Founder of ATA Airlines to retire as CEO

/ Source: The Associated Press

The head of ATA Airlines announced he will retire from the company he founded and built into the nation’s 10th largest airline, then allowed to slip into bankruptcy.

J. George Mikelsons, 67, said in a statement late Friday he will step down as president and chief executive of ATA Holdings Corp., the airline’s parent company, by the end of the month.

“I am leaving to enjoy retirement like others my age, but am confident I will be leaving ATA in good hands,” Mikelsons said in a statement.

John G. Denison will take over as CEO, company officials said. Mikelsons could not immediately be reached for comment.

According to terms of his proposed severance package, Mikelsons will receive a one-time payment of $650,000 and the airline would forgive $400,000 of the $625,000 of debt he owes the company if he signs a three-year non-compete agreement.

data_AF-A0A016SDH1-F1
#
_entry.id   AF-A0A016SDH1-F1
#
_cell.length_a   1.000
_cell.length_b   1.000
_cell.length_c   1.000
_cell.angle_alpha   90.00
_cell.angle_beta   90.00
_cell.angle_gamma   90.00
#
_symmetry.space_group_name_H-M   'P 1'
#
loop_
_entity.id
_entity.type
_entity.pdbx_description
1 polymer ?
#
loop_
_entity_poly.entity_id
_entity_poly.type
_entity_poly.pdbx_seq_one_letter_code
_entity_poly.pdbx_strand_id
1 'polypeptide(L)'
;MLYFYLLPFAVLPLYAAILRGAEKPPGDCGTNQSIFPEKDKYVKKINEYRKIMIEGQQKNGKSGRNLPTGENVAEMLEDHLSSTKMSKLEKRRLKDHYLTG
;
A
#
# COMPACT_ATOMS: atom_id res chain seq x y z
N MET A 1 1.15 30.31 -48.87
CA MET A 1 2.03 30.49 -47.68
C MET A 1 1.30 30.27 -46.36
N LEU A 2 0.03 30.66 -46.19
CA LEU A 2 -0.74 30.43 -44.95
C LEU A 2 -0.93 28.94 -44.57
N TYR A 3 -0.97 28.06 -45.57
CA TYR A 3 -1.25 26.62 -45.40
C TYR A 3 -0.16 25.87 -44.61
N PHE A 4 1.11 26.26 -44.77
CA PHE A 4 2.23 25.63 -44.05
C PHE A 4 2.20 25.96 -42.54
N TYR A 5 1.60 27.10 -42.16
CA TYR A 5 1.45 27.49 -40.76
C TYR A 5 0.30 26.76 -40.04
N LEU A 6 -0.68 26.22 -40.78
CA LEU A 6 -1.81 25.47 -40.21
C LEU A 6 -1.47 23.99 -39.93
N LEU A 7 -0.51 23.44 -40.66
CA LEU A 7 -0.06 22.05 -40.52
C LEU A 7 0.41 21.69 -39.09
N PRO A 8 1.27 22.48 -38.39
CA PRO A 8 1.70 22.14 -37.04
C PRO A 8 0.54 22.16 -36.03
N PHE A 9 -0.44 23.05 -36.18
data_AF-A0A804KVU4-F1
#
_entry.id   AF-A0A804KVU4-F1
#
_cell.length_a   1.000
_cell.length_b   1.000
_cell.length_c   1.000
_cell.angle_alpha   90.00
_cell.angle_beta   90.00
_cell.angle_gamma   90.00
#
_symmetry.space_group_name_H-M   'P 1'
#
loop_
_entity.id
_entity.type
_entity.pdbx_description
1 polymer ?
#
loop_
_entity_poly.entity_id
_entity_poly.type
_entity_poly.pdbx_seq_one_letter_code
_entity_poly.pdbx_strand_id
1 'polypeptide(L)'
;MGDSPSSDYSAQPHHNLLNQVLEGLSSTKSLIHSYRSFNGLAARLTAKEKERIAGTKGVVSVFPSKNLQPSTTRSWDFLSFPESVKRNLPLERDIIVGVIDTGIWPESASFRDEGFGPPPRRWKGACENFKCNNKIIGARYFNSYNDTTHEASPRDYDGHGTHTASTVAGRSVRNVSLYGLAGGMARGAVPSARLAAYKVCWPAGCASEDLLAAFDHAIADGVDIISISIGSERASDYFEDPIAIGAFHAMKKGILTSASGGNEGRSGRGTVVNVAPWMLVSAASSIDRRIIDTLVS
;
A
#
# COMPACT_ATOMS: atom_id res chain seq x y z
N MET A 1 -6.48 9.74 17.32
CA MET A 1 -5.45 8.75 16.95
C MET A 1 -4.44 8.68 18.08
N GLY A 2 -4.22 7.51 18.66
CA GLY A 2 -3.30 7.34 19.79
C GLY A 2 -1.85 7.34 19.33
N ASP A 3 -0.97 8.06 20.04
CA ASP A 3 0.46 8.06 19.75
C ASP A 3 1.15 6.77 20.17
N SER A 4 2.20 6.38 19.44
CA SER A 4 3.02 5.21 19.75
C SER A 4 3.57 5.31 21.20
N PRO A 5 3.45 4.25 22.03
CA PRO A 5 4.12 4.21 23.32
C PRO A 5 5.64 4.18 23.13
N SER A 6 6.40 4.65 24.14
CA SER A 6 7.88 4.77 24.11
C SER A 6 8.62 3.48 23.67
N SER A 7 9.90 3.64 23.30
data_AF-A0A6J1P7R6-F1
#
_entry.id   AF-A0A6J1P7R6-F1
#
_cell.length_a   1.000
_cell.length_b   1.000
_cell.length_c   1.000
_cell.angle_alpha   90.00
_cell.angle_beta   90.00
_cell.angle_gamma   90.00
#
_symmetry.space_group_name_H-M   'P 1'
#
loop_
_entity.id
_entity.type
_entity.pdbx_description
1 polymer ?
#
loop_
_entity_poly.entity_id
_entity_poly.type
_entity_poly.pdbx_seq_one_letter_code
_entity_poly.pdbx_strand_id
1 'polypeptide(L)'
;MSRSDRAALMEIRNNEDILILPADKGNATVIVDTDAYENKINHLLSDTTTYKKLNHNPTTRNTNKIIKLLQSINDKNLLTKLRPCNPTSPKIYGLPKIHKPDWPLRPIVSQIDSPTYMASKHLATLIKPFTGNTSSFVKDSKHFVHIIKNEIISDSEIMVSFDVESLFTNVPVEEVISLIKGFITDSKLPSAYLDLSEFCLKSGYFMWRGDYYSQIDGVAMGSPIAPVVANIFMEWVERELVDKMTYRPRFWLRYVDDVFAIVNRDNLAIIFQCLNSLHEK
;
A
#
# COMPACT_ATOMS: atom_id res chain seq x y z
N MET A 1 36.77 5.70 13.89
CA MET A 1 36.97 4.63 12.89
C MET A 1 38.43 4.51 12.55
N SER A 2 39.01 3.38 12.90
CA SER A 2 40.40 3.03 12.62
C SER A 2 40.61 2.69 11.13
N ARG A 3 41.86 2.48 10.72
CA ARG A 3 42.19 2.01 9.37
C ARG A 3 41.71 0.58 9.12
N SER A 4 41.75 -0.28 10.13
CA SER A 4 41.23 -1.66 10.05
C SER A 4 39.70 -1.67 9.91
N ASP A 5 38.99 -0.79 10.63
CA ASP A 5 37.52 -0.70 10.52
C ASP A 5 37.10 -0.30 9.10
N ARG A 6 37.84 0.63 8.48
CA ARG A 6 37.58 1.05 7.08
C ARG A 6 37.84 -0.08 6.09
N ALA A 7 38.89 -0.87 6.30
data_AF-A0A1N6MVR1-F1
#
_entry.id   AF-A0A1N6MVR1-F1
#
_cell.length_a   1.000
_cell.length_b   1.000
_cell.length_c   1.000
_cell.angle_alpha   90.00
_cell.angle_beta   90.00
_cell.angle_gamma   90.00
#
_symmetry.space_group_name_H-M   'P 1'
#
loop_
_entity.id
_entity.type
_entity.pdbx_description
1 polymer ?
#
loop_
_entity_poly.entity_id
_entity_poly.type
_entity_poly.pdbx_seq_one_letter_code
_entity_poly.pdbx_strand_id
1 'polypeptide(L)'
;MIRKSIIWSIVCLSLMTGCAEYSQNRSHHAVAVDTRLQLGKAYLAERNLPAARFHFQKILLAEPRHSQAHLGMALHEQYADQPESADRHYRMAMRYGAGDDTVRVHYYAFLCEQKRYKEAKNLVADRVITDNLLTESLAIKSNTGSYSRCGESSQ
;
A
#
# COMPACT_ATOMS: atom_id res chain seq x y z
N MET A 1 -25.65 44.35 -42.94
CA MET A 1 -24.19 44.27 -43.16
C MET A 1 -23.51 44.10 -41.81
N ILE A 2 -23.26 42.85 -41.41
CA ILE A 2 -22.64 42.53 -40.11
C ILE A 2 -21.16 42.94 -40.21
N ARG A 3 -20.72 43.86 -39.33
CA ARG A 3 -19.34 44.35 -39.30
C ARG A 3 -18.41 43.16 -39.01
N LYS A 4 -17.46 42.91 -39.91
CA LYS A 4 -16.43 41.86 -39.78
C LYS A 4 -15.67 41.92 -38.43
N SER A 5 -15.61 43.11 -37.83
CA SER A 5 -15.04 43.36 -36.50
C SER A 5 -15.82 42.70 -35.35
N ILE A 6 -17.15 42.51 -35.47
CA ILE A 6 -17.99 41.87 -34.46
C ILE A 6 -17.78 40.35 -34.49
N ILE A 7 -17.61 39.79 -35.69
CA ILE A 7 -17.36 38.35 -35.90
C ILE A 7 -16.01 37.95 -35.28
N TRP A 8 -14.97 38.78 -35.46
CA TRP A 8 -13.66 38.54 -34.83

The news comes a day after ATA asked a judge to allow it to void its contract with 833 pilots and flight engineers so it can cut wages by 20 percent.

The Air Line Pilots Association opposes the cuts, saying its ATA members have accepted $66 million in wage concessions in the past 14 months. ATA’s plan would freeze pensions and switch the pilots to a “substandard” health program, the union said.

In a motion filed Thursday in U.S. bankruptcy court in Indianapolis, ATA argues the cuts would help it save from $37.6 million to $44 million in 2006, depending on whether a raise scheduled for next year is taken into account.

ATA said the cuts are needed to help it secure $100 million in new capital needed to exit bankruptcy.

Mikelsons started the company in 1973 as Ambassadair Travel Club, flying club members to vacation spots. The airline was certified to offer charter flights to the general public shortly after deregulation in 1978.

After reaching more than $1.5 billion in annual revenue in the 1990s, Indianapolis-based ATA filed for Chapter 11 bankruptcy protection in October 2004.

The airline has cut about 3,100 jobs since it began downsizing from a work force of about 7,800 people two years ago.